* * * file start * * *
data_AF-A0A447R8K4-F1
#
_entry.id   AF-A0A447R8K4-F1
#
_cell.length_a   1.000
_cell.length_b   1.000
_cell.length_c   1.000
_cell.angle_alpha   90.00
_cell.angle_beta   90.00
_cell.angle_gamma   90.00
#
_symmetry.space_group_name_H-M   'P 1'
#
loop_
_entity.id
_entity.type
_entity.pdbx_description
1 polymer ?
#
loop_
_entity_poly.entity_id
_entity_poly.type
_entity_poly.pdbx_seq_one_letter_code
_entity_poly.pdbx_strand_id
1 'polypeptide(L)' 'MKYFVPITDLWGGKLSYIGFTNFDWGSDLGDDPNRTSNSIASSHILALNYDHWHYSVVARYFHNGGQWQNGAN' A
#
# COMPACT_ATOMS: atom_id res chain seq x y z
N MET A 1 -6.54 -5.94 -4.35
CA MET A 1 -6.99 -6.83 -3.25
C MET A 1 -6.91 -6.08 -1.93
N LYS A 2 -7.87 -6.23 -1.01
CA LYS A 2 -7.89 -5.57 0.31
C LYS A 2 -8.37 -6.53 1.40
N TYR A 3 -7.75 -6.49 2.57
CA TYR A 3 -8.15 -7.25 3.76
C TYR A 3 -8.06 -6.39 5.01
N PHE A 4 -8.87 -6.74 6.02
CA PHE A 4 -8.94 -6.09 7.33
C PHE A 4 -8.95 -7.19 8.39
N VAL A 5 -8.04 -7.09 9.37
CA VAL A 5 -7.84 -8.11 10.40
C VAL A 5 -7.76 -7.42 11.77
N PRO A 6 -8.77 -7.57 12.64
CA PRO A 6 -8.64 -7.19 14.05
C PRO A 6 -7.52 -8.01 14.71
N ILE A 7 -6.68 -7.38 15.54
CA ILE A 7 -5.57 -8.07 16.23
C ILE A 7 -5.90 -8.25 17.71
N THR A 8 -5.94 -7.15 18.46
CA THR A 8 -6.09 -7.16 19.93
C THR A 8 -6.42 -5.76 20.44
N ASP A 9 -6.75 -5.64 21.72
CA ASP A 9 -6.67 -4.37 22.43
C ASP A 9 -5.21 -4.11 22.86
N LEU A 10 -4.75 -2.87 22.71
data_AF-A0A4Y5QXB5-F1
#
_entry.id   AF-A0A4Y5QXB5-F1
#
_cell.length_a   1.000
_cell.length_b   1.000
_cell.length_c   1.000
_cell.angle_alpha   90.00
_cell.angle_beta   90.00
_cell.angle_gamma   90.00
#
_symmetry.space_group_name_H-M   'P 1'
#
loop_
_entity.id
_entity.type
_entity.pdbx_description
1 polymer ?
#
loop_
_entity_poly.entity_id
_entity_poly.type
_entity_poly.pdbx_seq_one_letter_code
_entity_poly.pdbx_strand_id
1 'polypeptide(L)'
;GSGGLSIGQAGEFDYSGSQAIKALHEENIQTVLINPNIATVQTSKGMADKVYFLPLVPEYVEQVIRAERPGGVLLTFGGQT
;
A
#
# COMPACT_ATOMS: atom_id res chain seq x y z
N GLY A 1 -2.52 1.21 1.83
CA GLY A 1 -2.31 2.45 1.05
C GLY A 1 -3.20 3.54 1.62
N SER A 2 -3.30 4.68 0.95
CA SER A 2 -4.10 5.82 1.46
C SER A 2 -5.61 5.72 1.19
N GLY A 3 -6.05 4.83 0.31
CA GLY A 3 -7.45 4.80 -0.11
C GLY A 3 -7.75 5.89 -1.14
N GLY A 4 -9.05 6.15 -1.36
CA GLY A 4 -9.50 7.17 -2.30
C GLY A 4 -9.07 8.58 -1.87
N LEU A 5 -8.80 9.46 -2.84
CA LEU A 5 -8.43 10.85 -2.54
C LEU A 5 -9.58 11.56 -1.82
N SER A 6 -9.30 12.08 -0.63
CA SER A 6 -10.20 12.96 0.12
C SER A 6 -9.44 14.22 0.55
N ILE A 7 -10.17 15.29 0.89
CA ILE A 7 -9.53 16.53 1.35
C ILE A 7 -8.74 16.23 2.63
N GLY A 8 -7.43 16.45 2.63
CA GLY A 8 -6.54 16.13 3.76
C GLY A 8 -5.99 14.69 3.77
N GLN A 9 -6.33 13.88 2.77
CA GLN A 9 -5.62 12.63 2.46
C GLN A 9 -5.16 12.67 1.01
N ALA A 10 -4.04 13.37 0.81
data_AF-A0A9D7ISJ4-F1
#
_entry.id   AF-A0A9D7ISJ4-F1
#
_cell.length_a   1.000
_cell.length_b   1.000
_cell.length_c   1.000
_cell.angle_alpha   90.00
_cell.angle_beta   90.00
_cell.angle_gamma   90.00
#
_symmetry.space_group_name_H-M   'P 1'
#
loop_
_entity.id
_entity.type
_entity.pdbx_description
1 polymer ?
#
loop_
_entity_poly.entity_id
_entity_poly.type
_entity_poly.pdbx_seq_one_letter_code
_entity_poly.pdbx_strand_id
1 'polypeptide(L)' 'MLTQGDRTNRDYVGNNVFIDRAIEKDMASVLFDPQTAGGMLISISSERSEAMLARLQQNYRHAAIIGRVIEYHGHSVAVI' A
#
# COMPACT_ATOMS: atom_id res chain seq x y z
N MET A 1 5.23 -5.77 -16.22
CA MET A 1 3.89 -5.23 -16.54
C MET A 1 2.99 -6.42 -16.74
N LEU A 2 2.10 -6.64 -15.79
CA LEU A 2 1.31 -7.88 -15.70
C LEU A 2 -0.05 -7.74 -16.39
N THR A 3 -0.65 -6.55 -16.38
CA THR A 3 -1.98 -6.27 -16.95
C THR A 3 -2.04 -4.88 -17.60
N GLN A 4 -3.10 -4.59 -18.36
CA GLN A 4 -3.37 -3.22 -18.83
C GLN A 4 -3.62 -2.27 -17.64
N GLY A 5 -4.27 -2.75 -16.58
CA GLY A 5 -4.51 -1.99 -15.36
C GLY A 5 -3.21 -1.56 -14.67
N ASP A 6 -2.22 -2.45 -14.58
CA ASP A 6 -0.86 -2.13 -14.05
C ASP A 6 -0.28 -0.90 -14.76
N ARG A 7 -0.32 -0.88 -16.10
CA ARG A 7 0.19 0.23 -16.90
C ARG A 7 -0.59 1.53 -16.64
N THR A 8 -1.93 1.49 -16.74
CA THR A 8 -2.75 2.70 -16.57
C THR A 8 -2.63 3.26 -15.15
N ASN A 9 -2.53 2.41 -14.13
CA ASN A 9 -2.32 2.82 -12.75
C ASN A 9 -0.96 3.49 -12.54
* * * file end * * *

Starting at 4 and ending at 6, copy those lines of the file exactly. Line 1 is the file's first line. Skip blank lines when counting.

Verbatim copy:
#
_cell.length_a   1.000
_cell.length_b   1.000